“On 7 October I fought in Be’eri, I fired tank shells at terrorists in the kibbutz,” Lieutenant Colonel Guy Basson told Israel’s Channel 14 in an interview aired on 20 January, noting he was present at the battle at Pessi Cohen’s home “and saw things from up close.”

Asked to recall the worst scenes he saw on that day, Basson described Cohen’s house as “a day care” and said that inside it he saw “eight babies” that had been “slaughtered” by Palestinians.

After repeating Colonel Vach and General Hiram’s lie of eight executed Israeli babies, Basson then added his own flourish to the atrocity tale.

“Another image that struck me was when I saw Genia, RIP, an elderly woman from Kibbutz Be’eri, when I see the number tattooed on her arm,” Basson said. “She survived the Holocaust at Auschwitz, and in the end died in Kibbutz Be’eri.”

No such person lived or died at Be’eri on 7 October; the story was entirely of Basson’s invention.

After Israel daily Haaretz noted that Basson’s allegations of eight executed babies were false, the Israeli army said it had “no intention to describe a reality that didn’t happen, and we apologize if anyone was offended. We will set the record straight and clarify to all commanders involved in the media effort.”

Indeed, the next self-described veteran of the battle at the Pessi Cohen home to advocate on Hiram’s behalf in the media – one Colonel Ashi – made no mention of Israeli children of any age being shot, burned or abused there in any way – or even of being on the battlefield at all.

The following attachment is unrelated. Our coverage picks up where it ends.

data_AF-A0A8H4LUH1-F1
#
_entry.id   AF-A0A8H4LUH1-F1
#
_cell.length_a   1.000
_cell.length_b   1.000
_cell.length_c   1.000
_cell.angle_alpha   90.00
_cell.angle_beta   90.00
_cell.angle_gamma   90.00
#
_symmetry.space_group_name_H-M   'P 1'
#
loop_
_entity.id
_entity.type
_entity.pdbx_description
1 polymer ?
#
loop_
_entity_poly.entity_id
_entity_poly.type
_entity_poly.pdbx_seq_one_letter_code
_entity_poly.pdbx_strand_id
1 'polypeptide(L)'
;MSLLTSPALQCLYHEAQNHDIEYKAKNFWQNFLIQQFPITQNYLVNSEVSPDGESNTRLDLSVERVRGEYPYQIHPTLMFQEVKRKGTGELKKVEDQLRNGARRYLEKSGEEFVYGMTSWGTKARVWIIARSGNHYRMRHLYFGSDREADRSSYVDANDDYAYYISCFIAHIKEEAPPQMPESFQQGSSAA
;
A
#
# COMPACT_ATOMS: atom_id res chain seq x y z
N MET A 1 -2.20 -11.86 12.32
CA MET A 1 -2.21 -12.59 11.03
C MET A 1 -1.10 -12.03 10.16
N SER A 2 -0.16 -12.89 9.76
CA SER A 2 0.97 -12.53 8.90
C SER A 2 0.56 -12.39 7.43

In fact, not only did Ashi fail to mention any Israeli babies burned to death at Pessi Cohen’s house – he also suggested that no Israelis had burned to death there at all. According to Ashi, all the civilians killed at the home were already dead by the time Hiram gave the order to fire the deadly tank shells.

“I did not think that there were still people alive there,” Ashi told Kan in an interview broadcast on 1 March. “To the best of my knowledge, the tank shell hit high, above the rafters of the house, so I really don’t think that anyone was injured from it. More than this: I was in the house afterwards, and here too: I don’t think that anyone was wounded from shooting the shell inside.”

Ashi’s account would seem to be utterly discredited by the testimonies of the only two civilians to survive the battle.

Yasmin Porat says that after leaving the Cohen house and crossing over to the Israeli lines an hour into the battle, she calmly explained to a sequence of army commanders, the final one being General Hiram himself, that there were about a dozen hostages left alive on the property.